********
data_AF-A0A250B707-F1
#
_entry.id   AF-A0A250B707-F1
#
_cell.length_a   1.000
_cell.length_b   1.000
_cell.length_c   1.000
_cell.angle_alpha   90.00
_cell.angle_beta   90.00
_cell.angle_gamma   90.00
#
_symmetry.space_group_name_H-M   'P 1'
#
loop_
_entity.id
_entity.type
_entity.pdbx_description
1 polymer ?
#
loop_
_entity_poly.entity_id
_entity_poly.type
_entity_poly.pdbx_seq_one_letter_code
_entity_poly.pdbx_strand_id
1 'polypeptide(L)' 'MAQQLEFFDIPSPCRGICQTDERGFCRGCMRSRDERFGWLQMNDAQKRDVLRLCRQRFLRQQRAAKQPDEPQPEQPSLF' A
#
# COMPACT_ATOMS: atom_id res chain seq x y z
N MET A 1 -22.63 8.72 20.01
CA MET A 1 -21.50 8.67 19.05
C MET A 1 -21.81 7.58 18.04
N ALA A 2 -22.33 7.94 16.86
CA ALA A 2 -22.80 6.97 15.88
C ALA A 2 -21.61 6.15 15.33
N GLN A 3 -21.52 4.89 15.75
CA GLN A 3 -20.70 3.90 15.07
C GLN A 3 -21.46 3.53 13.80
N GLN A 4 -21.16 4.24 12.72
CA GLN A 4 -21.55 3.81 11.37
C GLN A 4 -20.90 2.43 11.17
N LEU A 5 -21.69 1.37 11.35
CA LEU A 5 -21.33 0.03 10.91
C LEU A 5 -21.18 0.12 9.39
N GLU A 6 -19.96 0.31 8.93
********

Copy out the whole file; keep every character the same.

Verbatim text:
data_AF-A0A250B707-F1
#
_entry.id   AF-A0A250B707-F1
#
_cell.length_a   1.000
_cell.length_b   1.000
_cell.length_c   1.000
_cell.angle_alpha   90.00
_cell.angle_beta   90.00
_cell.angle_gamma   90.00
#
_symmetry.space_group_name_H-M   'P 1'
#
loop_
_entity.id
_entity.type
_entity.pdbx_description
1 polymer ?
#
loop_
_entity_poly.entity_id
_entity_poly.type
_entity_poly.pdbx_seq_one_letter_code
_entity_poly.pdbx_strand_id
1 'polypeptide(L)' 'MAQQLEFFDIPSPCRGICQTDERGFCRGCMRSRDERFGWLQMNDAQKRDVLRLCRQRFLRQQRAAKQPDEPQPEQPSLF' A
#
# COMPACT_ATOMS: atom_id res chain seq x y z
N MET A 1 -22.63 8.72 20.01
CA MET A 1 -21.50 8.67 19.05
C MET A 1 -21.81 7.58 18.04
N ALA A 2 -22.33 7.94 16.86
CA ALA A 2 -22.80 6.97 15.88
C ALA A 2 -21.61 6.15 15.33
N GLN A 3 -21.52 4.89 15.75
CA GLN A 3 -20.70 3.90 15.07
C GLN A 3 -21.46 3.53 13.80
N GLN A 4 -21.16 4.24 12.72
CA GLN A 4 -21.55 3.81 11.37
C GLN A 4 -20.90 2.43 11.17
N LEU A 5 -21.69 1.37 11.35
CA LEU A 5 -21.33 0.03 10.91
C LEU A 5 -21.18 0.12 9.39
N GLU A 6 -19.96 0.31 8.93